Ofsted has come under heavy criticism from MPs who have accused the inspectorate of trying to ‘save face’ during its 2014 emergency inspection of Rotherham.
Speaking at a Communities and Local Government Select Committee hearing, Clive Betts MP described how – in the wake of Professor Alexis Jay’s report that revealed over 1,400 children had suffered sexual exploitation in the area – the inspectorate, “came in, produced their report and said to the secretary of state ‘we want you to intervene’. Didn’t that look a bit like Ofsted trying to save face rather than anything else?”
Debbie Jones, Ofsted’s director of social care, defended the inspection. “When we went in we inspected according to our current framework, we were sufficiently concerned with what we found to feel it was necessary in the middle of the inspection…to write to the secretary of state,” she said.
Questioning the fact that Ofsted has not taken this approach with another authority (under the current framework), Betts asked: “So it’s just a coincidence that this happened to happen in an authority which had just had a report externally by Professor Jay?”
If inspectors had seen what they saw in Rotherham in any other authority, they would not have hesitated to express the same concerns, Jones assured MPs.
Ofsted’s failure to identify the scale of the problem in Rotherham during prior inspections was due to the frameworks they were operating under, Jones explained.
These frameworks “were developed according to the policies, the issues that were of concern at the time” and did not focus on child sexual exploitation (CSE) in the same way the current framework does, she said.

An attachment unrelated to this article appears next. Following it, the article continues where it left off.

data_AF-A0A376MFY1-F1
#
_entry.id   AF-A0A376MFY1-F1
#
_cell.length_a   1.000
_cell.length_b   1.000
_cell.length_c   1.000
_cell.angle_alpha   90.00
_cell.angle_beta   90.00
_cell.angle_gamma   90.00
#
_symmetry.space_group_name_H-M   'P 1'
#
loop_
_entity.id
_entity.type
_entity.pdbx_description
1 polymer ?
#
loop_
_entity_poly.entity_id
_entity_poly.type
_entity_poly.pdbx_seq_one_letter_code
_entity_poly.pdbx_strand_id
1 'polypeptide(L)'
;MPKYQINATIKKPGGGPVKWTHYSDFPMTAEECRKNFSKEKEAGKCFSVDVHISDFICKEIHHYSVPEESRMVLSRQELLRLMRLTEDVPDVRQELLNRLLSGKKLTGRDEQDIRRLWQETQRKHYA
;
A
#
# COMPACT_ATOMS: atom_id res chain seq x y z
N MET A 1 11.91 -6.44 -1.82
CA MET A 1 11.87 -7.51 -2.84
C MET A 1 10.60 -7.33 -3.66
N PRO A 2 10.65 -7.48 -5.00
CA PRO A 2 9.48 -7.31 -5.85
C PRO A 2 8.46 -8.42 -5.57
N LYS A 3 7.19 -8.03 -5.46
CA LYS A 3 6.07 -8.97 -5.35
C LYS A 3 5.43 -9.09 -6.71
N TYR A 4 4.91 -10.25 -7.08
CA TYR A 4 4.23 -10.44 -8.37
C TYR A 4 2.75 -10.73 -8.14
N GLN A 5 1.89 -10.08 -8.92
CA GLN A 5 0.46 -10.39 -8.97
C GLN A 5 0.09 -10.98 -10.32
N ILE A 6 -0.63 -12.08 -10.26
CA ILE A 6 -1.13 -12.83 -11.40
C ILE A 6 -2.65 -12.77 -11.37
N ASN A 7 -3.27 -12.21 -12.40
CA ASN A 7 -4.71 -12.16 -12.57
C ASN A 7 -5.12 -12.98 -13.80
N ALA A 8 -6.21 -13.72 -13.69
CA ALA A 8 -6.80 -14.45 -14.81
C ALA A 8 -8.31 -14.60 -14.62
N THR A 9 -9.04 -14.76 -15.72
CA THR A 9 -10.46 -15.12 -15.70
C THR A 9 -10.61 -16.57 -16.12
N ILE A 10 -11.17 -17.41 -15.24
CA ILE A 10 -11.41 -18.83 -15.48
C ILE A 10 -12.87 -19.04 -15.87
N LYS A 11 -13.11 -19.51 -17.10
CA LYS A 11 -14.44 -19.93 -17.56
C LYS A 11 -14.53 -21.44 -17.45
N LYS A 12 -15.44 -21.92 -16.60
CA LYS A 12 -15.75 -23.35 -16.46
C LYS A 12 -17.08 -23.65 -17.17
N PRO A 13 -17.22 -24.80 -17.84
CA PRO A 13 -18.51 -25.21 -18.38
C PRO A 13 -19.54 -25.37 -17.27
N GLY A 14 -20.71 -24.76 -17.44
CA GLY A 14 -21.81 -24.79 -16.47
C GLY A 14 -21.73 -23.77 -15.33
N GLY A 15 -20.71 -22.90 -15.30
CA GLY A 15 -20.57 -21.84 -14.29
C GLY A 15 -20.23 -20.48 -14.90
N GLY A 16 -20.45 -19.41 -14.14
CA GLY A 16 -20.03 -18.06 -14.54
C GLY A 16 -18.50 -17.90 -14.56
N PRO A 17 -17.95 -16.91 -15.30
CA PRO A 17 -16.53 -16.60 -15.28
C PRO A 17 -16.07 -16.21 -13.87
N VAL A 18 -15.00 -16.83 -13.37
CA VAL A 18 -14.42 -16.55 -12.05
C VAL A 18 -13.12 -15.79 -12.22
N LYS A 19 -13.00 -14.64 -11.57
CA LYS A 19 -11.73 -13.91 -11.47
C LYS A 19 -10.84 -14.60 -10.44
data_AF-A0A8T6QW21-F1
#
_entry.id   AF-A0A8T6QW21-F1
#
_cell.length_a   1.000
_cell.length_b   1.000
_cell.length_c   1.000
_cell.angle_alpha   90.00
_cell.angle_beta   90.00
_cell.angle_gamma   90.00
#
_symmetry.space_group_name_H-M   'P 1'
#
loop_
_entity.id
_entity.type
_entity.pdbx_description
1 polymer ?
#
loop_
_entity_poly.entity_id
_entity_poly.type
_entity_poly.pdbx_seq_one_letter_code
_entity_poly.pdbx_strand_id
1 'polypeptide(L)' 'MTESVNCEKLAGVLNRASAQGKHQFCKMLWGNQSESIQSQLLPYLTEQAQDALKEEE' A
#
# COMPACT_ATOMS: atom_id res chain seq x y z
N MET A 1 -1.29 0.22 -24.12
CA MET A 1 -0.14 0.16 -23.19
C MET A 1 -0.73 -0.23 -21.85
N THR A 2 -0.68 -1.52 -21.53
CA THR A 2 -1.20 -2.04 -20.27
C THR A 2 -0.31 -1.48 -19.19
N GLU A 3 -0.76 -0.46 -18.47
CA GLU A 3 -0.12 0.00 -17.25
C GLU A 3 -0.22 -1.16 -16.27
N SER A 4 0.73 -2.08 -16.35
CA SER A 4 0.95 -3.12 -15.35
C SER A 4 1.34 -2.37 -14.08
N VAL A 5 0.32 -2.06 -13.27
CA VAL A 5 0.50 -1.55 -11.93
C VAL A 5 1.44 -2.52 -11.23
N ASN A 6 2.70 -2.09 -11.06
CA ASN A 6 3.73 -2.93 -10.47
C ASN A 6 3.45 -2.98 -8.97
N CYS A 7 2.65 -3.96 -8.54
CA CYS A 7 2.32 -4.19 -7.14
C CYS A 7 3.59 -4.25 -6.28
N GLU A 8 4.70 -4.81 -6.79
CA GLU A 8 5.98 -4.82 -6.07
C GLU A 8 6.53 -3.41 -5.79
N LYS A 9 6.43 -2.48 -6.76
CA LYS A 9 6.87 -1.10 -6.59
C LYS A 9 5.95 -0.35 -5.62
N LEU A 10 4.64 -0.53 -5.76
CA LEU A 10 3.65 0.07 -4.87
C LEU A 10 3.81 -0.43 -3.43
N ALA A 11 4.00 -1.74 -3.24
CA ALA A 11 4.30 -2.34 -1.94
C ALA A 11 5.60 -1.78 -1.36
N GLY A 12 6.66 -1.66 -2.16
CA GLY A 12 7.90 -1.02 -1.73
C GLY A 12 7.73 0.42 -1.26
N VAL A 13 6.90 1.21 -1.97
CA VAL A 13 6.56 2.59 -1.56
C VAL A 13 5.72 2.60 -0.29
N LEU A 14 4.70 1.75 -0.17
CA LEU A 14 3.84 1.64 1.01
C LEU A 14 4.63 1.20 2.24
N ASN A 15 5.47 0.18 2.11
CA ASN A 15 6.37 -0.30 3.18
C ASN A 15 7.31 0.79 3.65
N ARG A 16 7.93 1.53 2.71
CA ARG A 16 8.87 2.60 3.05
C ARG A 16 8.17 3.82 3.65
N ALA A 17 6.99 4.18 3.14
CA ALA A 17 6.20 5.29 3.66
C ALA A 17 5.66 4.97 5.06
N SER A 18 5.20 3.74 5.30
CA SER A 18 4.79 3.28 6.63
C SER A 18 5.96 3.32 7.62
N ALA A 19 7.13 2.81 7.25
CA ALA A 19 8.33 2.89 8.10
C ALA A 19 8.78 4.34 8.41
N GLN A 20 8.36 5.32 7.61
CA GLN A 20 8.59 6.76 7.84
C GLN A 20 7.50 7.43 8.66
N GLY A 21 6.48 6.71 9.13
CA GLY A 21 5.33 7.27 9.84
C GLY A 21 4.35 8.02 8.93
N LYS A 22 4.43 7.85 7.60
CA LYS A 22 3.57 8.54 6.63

Ofsted were accused of having “designed a system that failed to spot the rape of children” by Simon Danczuk MP, who added that they used the framework “in an attempt to convince the public that they were doing an effective job in examining whether the services were good or not”.
Referring to the 2006 joint area review by Ofsted, which found that young children in the region were being kept safe, Danczuk brought up Professor Jay’s description of Ofsted providing “false reassurance”.
Ofsted were: “Convincing the public, councillors, council officers, everybody that children were safe. They weren’t safe, they were being raped,” Danczuk said.
Jones warned that these criticisms could misconstrue “the responsibility and accountability that is on senior officers within a local authority in any given time”. Drawing on her experience as a former director of children’s services, Jones said: “I think that any director that relies purely and exclusively on what the inspectorates say and do are not doing the job they should be doing”.
Under significant pressure from MPs, Jones apologised on behalf of Ofsted for failing the children of Rotherham, “of course we’re sorry, we’re sorry along with I’m sure everyone else who has been in front of this committee,” she said.